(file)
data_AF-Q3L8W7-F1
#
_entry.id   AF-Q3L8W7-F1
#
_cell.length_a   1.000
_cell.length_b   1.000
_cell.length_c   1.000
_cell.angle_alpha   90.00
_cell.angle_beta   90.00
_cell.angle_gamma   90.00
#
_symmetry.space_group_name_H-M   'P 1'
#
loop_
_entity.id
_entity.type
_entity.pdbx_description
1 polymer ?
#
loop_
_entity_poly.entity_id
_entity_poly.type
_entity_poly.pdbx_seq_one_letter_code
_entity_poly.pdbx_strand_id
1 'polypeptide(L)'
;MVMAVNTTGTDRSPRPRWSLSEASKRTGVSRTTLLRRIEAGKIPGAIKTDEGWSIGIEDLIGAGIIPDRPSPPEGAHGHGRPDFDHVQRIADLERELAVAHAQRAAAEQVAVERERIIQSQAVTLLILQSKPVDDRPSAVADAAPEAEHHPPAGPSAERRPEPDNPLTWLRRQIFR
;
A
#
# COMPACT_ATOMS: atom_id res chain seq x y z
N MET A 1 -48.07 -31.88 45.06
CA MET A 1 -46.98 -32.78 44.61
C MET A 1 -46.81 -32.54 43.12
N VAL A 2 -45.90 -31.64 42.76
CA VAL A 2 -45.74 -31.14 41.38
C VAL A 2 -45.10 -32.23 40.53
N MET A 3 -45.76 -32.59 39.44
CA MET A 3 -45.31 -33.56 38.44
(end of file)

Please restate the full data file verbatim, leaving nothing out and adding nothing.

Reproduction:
data_AF-Q3L8W7-F1
#
_entry.id   AF-Q3L8W7-F1
#
_cell.length_a   1.000
_cell.length_b   1.000
_cell.length_c   1.000
_cell.angle_alpha   90.00
_cell.angle_beta   90.00
_cell.angle_gamma   90.00
#
_symmetry.space_group_name_H-M   'P 1'
#
loop_
_entity.id
_entity.type
_entity.pdbx_description
1 polymer ?
#
loop_
_entity_poly.entity_id
_entity_poly.type
_entity_poly.pdbx_seq_one_letter_code
_entity_poly.pdbx_strand_id
1 'polypeptide(L)'
;MVMAVNTTGTDRSPRPRWSLSEASKRTGVSRTTLLRRIEAGKIPGAIKTDEGWSIGIEDLIGAGIIPDRPSPPEGAHGHGRPDFDHVQRIADLERELAVAHAQRAAAEQVAVERERIIQSQAVTLLILQSKPVDDRPSAVADAAPEAEHHPPAGPSAERRPEPDNPLTWLRRQIFR
;
A
#
# COMPACT_ATOMS: atom_id res chain seq x y z
N MET A 1 -48.07 -31.88 45.06
CA MET A 1 -46.98 -32.78 44.61
C MET A 1 -46.81 -32.54 43.12
N VAL A 2 -45.90 -31.64 42.76
CA VAL A 2 -45.74 -31.14 41.38
C VAL A 2 -45.10 -32.23 40.53
N MET A 3 -45.76 -32.59 39.44
CA MET A 3 -45.31 -33.56 38.44